The motion goes right on inventing new facts and claiming them to be true. In this passage, it not only tries to minimize the role of the national headquarters in providing the wherewithal to finance Bishop vonRosenberg's multiple lawsuits, but it claims that the Diocese that withdrew is only "slightly" larger than the dissidents who chose to stay in the Episcopal Church (p. 17; my bold):
This dispute cannot fairly be characterized as being between unified South Carolinians and a far off organization headquartered in New York. It is very much a dispute between and among South Carolinians. Plaintiffs only enjoy a slight majority in their total number of supporters …
Forty-nine parishes, comprising nearly 80% of the nearly 30,000 people who made up the laity of the Episcopal Diocese in 2012, affirmed its decision to withdraw from ECUSA, and have remained with Bishop Lawrence. But for ECUSA and the 20% who chose to stay with that body, 24,000 is only a "slight majority" more than 6,000 (hint: try 400% greater).
Again and again, the motion for reconsideration is full of similar distortions and misstatements, whose cumulative effect makes for very desultory reading. I cannot commend it to anyone who values honesty, plain statement, and truth over obfuscation and prevarication. So exercise caution in how much of a dose you take at any one sitting.
The purpose of the motion is not so much to persuade Judge Goodstein to reverse her decision, as it is to make a record of points the attorneys plan to raise on appeal. By itemizing every asserted mistake or shortcoming in painstaking detail, it gives Judge Goodstein a last chance to clear up any ambiguities, or to shore up any of the findings, in her decision that she may discover as a result of going through the motion.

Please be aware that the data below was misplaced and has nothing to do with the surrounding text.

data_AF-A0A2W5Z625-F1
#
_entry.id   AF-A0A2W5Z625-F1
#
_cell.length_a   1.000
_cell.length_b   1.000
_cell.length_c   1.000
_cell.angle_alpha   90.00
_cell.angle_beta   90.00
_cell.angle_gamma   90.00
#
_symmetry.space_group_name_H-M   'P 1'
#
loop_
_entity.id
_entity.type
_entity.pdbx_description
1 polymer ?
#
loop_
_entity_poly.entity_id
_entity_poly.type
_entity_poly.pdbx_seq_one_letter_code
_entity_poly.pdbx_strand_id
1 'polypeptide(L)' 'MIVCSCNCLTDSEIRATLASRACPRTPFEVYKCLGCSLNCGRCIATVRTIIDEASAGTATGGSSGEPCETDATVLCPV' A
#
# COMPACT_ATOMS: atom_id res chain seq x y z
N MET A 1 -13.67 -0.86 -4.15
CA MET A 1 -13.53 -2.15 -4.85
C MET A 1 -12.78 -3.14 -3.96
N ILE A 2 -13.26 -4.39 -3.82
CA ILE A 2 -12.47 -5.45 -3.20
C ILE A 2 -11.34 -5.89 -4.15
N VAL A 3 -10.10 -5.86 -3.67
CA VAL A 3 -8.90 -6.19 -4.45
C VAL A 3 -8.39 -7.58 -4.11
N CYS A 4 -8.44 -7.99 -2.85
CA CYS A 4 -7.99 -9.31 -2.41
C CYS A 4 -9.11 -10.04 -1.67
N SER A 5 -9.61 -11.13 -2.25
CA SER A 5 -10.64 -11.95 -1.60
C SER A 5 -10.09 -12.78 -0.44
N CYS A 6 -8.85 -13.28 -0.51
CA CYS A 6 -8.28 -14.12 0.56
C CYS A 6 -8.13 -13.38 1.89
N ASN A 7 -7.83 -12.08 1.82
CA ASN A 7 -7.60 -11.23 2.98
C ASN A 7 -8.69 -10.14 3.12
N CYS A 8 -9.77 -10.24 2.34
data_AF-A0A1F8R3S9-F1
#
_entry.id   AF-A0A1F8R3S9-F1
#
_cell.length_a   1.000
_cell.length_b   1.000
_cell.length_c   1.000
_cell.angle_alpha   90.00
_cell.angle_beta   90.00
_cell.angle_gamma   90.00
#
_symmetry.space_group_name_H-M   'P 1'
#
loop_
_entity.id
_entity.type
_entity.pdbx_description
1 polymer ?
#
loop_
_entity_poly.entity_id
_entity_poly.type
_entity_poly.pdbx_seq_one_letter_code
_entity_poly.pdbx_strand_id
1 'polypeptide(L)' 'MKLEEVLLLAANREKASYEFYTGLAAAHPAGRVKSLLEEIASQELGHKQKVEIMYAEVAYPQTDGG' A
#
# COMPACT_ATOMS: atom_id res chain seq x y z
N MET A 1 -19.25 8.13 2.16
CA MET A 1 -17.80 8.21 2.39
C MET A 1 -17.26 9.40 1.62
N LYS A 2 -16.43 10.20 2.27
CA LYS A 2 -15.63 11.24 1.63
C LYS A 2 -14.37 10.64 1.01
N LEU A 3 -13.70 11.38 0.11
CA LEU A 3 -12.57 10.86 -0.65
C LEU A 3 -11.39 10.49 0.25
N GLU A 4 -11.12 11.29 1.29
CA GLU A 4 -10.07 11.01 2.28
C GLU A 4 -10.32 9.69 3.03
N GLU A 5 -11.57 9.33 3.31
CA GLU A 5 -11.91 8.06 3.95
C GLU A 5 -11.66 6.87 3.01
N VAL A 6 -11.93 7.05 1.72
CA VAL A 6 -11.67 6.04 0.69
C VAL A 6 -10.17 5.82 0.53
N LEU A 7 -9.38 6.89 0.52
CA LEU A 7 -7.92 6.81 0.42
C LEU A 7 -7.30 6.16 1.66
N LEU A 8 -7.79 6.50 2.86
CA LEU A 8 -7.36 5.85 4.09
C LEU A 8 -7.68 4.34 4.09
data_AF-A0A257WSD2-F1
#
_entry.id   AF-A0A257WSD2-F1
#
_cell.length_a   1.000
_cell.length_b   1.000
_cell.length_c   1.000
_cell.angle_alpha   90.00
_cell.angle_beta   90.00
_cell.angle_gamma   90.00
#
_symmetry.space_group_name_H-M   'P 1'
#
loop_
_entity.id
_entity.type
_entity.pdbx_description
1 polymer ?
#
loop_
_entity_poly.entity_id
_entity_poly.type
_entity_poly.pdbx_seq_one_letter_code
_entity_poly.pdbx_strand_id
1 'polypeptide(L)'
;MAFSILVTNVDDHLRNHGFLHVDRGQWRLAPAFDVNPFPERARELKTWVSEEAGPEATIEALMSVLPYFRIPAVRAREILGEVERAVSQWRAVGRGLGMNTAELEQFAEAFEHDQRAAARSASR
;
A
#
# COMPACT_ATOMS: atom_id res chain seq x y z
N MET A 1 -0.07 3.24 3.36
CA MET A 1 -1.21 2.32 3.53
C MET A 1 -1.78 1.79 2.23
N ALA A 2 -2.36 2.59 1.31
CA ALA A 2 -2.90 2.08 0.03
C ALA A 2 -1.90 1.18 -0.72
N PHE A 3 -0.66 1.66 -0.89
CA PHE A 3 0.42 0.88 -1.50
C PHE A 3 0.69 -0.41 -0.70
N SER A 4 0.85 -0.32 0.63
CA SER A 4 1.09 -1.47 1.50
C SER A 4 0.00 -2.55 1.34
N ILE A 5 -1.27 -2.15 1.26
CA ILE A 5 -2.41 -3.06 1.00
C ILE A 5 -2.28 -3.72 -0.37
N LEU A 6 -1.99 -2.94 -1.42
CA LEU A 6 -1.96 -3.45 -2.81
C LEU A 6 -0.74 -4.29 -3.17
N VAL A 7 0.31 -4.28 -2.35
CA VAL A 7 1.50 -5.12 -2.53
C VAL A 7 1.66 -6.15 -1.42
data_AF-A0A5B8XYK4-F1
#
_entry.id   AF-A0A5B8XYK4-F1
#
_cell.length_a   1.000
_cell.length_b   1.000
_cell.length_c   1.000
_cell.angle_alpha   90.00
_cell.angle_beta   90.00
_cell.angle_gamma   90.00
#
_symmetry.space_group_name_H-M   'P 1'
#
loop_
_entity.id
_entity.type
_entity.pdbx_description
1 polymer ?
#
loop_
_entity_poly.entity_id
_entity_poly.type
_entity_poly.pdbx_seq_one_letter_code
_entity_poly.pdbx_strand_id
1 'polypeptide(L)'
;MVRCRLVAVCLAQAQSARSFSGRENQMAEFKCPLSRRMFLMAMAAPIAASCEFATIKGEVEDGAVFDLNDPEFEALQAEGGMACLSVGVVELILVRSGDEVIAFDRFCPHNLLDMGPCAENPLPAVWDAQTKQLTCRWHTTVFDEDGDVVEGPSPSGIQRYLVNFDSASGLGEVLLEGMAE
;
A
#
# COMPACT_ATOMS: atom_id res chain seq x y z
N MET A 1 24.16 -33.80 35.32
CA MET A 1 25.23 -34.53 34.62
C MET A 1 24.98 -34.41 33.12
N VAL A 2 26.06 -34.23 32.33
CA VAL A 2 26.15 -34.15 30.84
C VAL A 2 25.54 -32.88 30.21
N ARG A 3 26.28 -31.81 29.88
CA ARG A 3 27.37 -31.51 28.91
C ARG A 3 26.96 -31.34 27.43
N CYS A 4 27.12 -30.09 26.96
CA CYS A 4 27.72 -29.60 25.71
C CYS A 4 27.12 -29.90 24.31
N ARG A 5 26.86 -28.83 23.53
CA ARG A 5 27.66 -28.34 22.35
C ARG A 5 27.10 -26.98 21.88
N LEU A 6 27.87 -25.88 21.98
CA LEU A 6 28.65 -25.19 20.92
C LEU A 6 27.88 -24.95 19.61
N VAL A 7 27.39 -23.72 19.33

Nevertheless, the position of ECUSA with regard to the courts of South Carolina, as it emerges from this document, is stark. Take this passage from page 20, for example:
The Order’s Finding of Fact No. 68 also fails to address that the Plaintiff parishes were all a part of TEC and now claim to have withdrawn from TEC. Whether parishes are “members” of TEC in a typical common law association or corporate sense is a misguided legal question that infringes upon the TEC’s First Amendment rights and disregards the true organizational nature of TEC: TEC’s dioceses and parishes are part of TEC, as a hierarchical religious organization. The First Amendment requires that TEC is the only body that can declare who are its dioceses and parishes.